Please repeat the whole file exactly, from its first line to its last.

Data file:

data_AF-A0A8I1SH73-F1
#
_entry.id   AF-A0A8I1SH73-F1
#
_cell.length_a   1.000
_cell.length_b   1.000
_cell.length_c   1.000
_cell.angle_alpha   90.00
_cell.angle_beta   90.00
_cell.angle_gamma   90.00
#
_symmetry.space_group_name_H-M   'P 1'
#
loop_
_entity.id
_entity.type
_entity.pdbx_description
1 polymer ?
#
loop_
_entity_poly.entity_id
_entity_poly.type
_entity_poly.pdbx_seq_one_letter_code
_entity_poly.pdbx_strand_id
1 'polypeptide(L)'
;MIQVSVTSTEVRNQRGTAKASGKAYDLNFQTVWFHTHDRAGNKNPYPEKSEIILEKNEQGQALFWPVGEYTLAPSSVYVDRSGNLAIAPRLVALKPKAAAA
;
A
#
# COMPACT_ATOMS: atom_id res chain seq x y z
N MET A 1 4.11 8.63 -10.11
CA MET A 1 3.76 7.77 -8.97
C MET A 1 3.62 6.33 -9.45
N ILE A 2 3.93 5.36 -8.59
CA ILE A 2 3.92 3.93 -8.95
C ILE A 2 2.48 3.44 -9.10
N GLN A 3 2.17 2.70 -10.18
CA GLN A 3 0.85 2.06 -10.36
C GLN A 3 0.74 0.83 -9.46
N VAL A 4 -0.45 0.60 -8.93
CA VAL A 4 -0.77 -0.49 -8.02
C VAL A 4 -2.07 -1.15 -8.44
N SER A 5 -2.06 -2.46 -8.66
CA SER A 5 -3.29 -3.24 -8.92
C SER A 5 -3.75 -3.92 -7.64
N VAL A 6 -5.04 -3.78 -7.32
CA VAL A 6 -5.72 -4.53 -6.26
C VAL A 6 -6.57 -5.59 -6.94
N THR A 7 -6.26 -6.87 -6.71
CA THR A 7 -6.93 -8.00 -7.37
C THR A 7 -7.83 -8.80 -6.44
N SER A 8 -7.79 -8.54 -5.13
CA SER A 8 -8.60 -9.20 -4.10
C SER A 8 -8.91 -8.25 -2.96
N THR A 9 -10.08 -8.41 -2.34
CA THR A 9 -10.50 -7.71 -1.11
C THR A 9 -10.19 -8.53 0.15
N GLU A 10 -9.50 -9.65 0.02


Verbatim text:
data_AF-A0A8I1SH73-F1
#
_entry.id   AF-A0A8I1SH73-F1
#
_cell.length_a   1.000
_cell.length_b   1.000
_cell.length_c   1.000
_cell.angle_alpha   90.00
_cell.angle_beta   90.00
_cell.angle_gamma   90.00
#
_symmetry.space_group_name_H-M   'P 1'
#
loop_
_entity.id
_entity.type
_entity.pdbx_description
1 polymer ?
#
loop_
_entity_poly.entity_id
_entity_poly.type
_entity_poly.pdbx_seq_one_letter_code
_entity_poly.pdbx_strand_id
1 'polypeptide(L)'
;MIQVSVTSTEVRNQRGTAKASGKAYDLNFQTVWFHTHDRAGNKNPYPEKSEIILEKNEQGQALFWPVGEYTLAPSSVYVDRSGNLAIAPRLVALKPKAAAA
;
A
#
# COMPACT_ATOMS: atom_id res chain seq x y z
N MET A 1 4.11 8.63 -10.11
CA MET A 1 3.76 7.77 -8.97
C MET A 1 3.62 6.33 -9.45
N ILE A 2 3.93 5.36 -8.59
CA ILE A 2 3.92 3.93 -8.95
C ILE A 2 2.48 3.44 -9.10
N GLN A 3 2.17 2.70 -10.18
CA GLN A 3 0.85 2.06 -10.36
C GLN A 3 0.74 0.83 -9.46
N VAL A 4 -0.45 0.60 -8.93
CA VAL A 4 -0.77 -0.49 -8.02
C VAL A 4 -2.07 -1.15 -8.44
N SER A 5 -2.06 -2.46 -8.66
CA SER A 5 -3.29 -3.24 -8.92
C SER A 5 -3.75 -3.92 -7.64
N VAL A 6 -5.04 -3.78 -7.32
CA VAL A 6 -5.72 -4.53 -6.26
C VAL A 6 -6.57 -5.59 -6.94
N THR A 7 -6.26 -6.87 -6.71
CA THR A 7 -6.93 -8.00 -7.37
C THR A 7 -7.83 -8.80 -6.44
N SER A 8 -7.79 -8.54 -5.13
CA SER A 8 -8.60 -9.20 -4.10
C SER A 8 -8.91 -8.25 -2.96
N THR A 9 -10.08 -8.41 -2.34
CA THR A 9 -10.50 -7.71 -1.11
C THR A 9 -10.19 -8.53 0.15
N GLU A 10 -9.50 -9.65 0.02